Government doesn’t create jobs and, in the final analysis, neither do businesses because customers create jobs. Without customers – demand for their products – businesses will not have the incentive or means to hire, and government will not have the ability to develop their economies.

As the middle class continues to hollow out from a growing disparity of income and wealth, fewer and fewer of them will be able to buy the products offered by the businesses who are reaping the economic rewards of their consumption.

What the Republicans, and even the Democrats to some extent, don’t seem to realize is that – without change – a time will come when the ten percent will realize that the customers have stopped coming because they can no longer afford their products.

The current tax bill, seemingly destined for Donald Trump’s desk, hastens the day when we will wake to find this the case. It’s not hard to understand why. Even the more conservative think-tank-types are saying that between 70-80% of the tax benefits will go to the 10% of people at the top of the income scale, with 50% to the top one percent.

Today the plutocrats will be reaping the lion’s share of the tax cuts. Tomorrow, if we do not act, WE will face the pitchforks.

I don’t say this to be an alarmist. As a radical centrist, I am also a capitalist – through and through. I believe that the capitalist system is the most effective economic system ever conceived for creating prosperity and solving problems. Perfect, it is not.

I also believe that it is the responsibility of government to assure that the Capitalist system serves the broadest possible interests of all the people, ameliorating the concentration of wealth that Piketty describes; and that no system of government has been devised, more effective at doing this than Democracy – – when it is at its best.

But our Democracy is broken . . . or, more accurately, it is moribund, gridlocked, sloth-like.

In an age of accelerations when our economy is more innovative, more entrepreneurial, more dynamic and capable of solving nearly every problem we face, our Democratic institutions are failing to provide the guidance and leadership needed to steer these changes.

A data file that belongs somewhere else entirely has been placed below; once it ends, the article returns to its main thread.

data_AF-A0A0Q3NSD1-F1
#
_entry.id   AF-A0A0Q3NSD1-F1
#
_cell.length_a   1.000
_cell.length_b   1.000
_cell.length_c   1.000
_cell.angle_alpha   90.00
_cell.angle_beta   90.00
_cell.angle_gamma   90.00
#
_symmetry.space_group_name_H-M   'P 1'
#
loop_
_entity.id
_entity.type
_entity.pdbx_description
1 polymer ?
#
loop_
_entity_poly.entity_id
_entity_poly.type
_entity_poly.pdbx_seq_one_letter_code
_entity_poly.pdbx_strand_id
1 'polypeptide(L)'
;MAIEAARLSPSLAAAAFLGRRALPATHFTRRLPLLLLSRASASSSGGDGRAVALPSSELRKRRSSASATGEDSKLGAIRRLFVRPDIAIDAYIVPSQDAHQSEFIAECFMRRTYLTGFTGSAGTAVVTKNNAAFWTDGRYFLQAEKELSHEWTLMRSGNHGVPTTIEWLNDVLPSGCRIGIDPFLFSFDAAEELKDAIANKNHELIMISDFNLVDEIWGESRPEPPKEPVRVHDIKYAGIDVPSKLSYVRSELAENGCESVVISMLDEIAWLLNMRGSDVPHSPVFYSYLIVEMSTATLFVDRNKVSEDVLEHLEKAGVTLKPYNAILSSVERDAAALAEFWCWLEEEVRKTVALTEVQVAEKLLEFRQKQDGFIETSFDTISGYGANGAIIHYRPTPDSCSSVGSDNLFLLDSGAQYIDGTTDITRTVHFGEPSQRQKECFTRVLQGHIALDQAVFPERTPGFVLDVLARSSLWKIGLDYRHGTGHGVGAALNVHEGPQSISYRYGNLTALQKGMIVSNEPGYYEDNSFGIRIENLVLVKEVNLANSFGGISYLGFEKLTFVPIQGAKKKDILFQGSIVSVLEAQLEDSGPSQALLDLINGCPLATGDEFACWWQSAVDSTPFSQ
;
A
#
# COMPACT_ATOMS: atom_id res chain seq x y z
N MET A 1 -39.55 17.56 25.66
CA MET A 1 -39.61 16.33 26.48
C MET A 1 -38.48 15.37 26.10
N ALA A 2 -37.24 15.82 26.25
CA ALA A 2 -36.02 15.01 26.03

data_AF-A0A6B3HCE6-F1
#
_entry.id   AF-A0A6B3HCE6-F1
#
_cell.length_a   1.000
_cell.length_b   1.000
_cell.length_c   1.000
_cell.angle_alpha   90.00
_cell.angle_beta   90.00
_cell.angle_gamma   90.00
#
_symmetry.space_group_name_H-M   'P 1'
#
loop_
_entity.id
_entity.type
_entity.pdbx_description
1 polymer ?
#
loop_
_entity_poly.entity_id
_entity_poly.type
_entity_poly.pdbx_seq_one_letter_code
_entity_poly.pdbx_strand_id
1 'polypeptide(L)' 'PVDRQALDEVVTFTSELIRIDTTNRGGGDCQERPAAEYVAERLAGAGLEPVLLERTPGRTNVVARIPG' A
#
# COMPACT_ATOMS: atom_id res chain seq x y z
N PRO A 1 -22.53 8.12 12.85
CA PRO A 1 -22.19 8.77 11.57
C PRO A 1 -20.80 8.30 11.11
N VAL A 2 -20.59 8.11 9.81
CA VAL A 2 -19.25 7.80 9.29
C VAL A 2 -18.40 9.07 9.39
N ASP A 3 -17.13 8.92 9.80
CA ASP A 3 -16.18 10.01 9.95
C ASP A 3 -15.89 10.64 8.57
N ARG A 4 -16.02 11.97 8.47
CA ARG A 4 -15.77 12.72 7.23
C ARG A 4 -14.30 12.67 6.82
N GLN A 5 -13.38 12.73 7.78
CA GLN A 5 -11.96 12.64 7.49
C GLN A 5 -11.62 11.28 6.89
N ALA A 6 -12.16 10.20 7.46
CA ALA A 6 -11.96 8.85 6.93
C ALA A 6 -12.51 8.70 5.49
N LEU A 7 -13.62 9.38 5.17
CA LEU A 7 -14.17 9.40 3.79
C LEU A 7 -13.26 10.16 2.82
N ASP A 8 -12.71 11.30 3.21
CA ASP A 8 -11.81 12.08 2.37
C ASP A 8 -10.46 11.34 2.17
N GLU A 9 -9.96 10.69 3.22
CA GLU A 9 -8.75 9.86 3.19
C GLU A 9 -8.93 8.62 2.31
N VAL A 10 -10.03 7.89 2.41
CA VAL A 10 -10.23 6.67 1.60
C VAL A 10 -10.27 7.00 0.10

If you think this has all been without warning, think again. According to multiple studies done over the last 12 months, more than 10% of voters supported Obama in 2012 and then switched to Trump in 2016. Despite Hillary’s claims of misogyny and other related factors being the primary driver of the election results, it is more likely that this was an ongoing and desperate call for help. In any case, it was enough to decide the election.

The irony is what we are watching is one of the greatest bait and switch cons in modern American history taking place right in front of us. Desperate citizens provided the margin of victory for the election of Donald Trump because he promised to look after the “little guy.” Now, the President and the Congress have spent months waving the colorful flag of tax relief for the small business person and the middle income worker in front of us before dropping it into their top hat, but the rabbit they are pulling out of the hat is a giant tax cut for the very wealthy.

It may be that it is too late to stop the largest transfer of wealth from the Middle Class and the Precariat to the wealthy in American history, but I still hold out some hope that if we raise our voices now, before the House and Senate reconcile the two versions of the bill, that we can find enough Republicans to vote no on final passage.

About Wayne D. King: Wayne King is an author, artist, activist and recovering politician. A three term State Senator, he was the 1994 Democratic nominee for Governor and most recently the CEO of MOP Environmental Solutions Inc., a public company in the environmental cleanup space. His art is exhibited nationally in galleries and he has published three books of his images. His most recent novel “Sacred Trust” a vicarious, high voltage adventure to stop a private powerline has been published on as an ebook with the paper edition due soon. He lives in Rumney at the base of Rattlesnake Ridge. His website is:

Editor’s note – The opinions expressed here belong to the columnist and do not represent those of